But he showed little patience with his employees, firing at least 14 during his term in office and making other workers so nervous that some began taking home records that documented his spending sprees. “The man was a tyrant,” said one longtime staffer.

One executive, Mina McEvoy, 63, was fired from her post as vice president for marketing after running afoul of Harding in 2000. In response to an age discrimination complaint filed by McEvoy, Harding listed McEvoy’s shortcomings as failing to get the agency’s more than 700 holiday greeting cards out on time and omitting a photograph from the agency’s annual report. McEvoy denies those charges, but both parties agree on one thing: The annual report was pulped and destroyed, at a cost of more than $25,000.

Harding knew he was unpopular, according to his online chats with Sawyers. “I found out last week that my whole staff hates me,” he typed on October 3, 2000. “It was very upsetting . . . not so much because they hate me but because i actually thought i was very well liked. And bear in mind i have a staff of 110.”


At least a year before he resigned, Harding told friends he knew he’d be out of a job once a new mayor was in City Hall. His February 1 departure date was set weeks ahead of time, and Cusack had the agency shell out $665 for a farewell party. But Harding had already made sure he would be going out in style.

Records show he had HDC pre-pay one-year subscriptions to The New York Times, the Daily News, the New York Post, Newsday, The Wall Street Journal, U.S. News and World Report, and Vanity Fair, at a cost of more than $2500, to be delivered to his home. He also had the agency pay more than $1000 for a year’s service for his handheld computer. On Christmas Eve, he went on an $860 shopping spree at Borders. He used his corporate Diners Club card to buy what appear to be either last-minute presents or a stack of reading material for a long vacation. He purchased a book on old cars, two biographies of Ronald Reagan, Caspar Weinberger’s memoirs, and new thrillers by Ken Follett and John Grisham, as well as three $200 gift cards. He also picked up maps and guides to Bali. On his next-to-last day in office, January 31, Harding spent $264 at Staples on office supplies and billed the agency.

His planned trip to Southeast Asia didn’t come to light until after the Voice filed its new requests for all travel and expense records. On March 14, HDC president Brass canceled the tickets. It was too late, however, to avoid one more Harding expense: a cancellation penalty of $500.

In his only comment, Harding’s attorney said that the agency has been reimbursed for the cancellation penalty, as well as the Borders shopping spree.


Hard Time for Harding

The defendant shall now rise, said the judge. Russell Harding stood up.
He wore a loose orange smock turned inside out to hide the prison initials printed on the back. His rumpled tan pants were prison issue as well. No one had brought him a suit to wear for the occasion. In all likelihood, his parents would have done so. But he’d told them not to come.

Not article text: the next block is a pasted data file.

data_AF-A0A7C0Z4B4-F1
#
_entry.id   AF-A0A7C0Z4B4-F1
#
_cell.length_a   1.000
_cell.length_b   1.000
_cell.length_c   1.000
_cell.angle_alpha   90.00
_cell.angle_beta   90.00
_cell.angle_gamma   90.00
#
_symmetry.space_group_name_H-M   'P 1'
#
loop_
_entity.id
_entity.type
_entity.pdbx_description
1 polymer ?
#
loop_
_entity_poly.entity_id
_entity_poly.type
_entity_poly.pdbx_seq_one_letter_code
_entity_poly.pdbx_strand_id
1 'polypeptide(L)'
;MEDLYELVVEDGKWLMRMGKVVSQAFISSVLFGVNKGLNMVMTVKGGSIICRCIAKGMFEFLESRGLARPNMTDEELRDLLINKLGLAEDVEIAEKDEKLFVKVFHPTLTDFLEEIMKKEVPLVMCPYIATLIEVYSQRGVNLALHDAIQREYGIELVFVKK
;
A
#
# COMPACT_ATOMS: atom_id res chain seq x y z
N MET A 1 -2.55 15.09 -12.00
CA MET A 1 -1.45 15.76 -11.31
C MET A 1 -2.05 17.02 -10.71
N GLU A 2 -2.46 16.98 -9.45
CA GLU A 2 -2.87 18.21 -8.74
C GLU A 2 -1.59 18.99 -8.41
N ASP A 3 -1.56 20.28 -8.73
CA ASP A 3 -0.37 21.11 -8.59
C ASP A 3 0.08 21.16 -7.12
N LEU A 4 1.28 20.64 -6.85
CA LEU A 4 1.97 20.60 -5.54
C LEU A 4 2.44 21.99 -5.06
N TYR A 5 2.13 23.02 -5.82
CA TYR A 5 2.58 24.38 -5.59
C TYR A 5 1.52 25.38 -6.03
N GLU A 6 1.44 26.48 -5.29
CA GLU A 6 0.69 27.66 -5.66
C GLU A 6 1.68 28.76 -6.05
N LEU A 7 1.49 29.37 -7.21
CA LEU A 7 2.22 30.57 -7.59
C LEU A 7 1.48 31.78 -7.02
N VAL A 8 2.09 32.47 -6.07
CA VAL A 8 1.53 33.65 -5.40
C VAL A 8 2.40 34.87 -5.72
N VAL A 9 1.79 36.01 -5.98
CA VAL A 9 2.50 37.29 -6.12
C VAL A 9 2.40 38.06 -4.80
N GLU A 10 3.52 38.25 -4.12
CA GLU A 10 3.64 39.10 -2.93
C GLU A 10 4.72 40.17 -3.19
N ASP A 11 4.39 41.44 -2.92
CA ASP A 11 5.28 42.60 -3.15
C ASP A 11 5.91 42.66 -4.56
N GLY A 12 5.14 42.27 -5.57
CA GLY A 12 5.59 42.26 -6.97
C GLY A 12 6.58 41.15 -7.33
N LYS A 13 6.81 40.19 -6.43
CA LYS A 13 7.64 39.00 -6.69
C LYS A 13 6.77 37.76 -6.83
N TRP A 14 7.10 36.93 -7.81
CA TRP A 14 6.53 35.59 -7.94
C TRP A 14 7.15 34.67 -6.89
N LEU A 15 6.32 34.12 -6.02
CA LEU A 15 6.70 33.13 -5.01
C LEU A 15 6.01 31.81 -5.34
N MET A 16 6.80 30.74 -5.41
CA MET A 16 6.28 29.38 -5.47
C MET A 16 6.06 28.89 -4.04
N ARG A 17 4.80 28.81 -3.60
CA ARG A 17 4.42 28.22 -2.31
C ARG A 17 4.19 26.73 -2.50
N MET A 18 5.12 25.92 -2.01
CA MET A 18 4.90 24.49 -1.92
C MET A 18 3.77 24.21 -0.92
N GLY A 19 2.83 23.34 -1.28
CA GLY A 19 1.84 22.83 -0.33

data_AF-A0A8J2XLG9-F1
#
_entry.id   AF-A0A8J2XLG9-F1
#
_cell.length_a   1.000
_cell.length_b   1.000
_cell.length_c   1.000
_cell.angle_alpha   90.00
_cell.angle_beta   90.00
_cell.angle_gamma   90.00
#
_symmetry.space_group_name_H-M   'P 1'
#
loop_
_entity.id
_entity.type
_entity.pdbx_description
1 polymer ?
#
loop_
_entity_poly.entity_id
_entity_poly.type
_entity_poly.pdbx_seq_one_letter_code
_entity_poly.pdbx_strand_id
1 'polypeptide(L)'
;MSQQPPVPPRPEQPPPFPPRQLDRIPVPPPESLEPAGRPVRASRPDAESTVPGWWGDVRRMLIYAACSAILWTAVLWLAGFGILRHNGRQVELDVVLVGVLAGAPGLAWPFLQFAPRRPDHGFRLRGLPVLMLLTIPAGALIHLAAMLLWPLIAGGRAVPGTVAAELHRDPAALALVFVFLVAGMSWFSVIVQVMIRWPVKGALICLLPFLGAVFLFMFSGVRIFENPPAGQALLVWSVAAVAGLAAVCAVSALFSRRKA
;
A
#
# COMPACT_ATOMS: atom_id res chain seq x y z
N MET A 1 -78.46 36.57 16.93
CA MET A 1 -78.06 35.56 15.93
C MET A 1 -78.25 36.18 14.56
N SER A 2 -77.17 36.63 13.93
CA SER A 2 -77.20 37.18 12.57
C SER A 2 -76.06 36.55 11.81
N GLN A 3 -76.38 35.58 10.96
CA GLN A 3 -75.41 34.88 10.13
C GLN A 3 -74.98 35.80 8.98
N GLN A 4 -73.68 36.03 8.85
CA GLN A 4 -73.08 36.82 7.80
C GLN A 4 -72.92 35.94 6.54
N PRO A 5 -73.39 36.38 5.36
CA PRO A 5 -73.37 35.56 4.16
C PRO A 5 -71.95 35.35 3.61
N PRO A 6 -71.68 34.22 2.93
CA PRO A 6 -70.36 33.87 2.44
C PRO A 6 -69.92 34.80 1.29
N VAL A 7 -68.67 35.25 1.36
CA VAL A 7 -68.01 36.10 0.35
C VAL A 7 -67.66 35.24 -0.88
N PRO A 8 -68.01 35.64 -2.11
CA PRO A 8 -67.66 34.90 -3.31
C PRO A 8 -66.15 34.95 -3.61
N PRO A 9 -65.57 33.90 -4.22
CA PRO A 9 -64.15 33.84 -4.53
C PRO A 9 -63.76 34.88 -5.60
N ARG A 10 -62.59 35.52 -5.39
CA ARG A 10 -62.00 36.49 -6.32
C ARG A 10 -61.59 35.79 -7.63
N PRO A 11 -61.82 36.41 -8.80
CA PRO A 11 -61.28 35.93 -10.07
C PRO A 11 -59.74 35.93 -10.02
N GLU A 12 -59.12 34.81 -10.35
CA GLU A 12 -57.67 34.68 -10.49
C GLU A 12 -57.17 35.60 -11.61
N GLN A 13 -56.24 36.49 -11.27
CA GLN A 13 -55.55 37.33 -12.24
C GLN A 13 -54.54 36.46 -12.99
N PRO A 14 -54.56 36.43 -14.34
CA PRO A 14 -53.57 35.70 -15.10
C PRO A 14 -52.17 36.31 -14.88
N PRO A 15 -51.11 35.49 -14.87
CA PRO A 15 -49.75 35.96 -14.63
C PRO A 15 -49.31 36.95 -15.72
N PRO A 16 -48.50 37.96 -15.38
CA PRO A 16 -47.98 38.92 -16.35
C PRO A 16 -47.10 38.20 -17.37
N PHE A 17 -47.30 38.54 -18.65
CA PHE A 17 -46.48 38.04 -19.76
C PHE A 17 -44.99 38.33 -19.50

Ray Harding and his wife, Liz, haven’t spoken with their younger son in over a year, according to friends. He stopped speaking to them sometime after he was locked up on their complaint when he threatened suicide on the eve of his November 2003 trial. In the meantime, Russell Harding passed his 40th and 41st birthdays in federal prison. There, he concluded that it was all their fault anyway. He had embezzled more than $400,000 while serving as president of the city’s Housing Development Corporation because he was severely depressed, he argued in legal papers. He had frittered the money away on lavish resorts, fancy restaurants, and electronic gizmos, all in an effort to escape his own demons, dark thoughts that had plagued him since the “emotional trauma” he’d suffered in his youth at his parents’ hands.

Even his old job, the one Rudy Giuliani had inexplicably handed him in June 1998, was his father’s fault. Given his psychological problems, he was “not prepared to handle” the post, he stated in a written appeal to the judge for leniency. Ray Harding, then the leader of the powerful Liberal Party and Giuliani’s political mentor, had been more interested in obtaining an impressive title for his son than in his mental or emotional condition, the appeal stated.

Three different doctors hired by the defense told the court that Harding suffered from mental ailments including a bipolar disorder. But when a government psychiatrist sought to question him, Harding took the Fifth Amendment rather than answer, an “extraordinary step,” as Judge Lewis Kaplan later described it. A neuropsychologist who evaluated Harding at a Minnesota prison also found something the other shrinks had somehow missed: Despite previous denials, Harding was “a chronic abuser of cocaine,” prosecutors stated.

In March, three years after the Voice first reported his spending binges, and two years after his arrest for embezzlement and possession of child pornography, Harding appeared via a video transmission from a prison hospital in North Carolina to change his plea to guilty.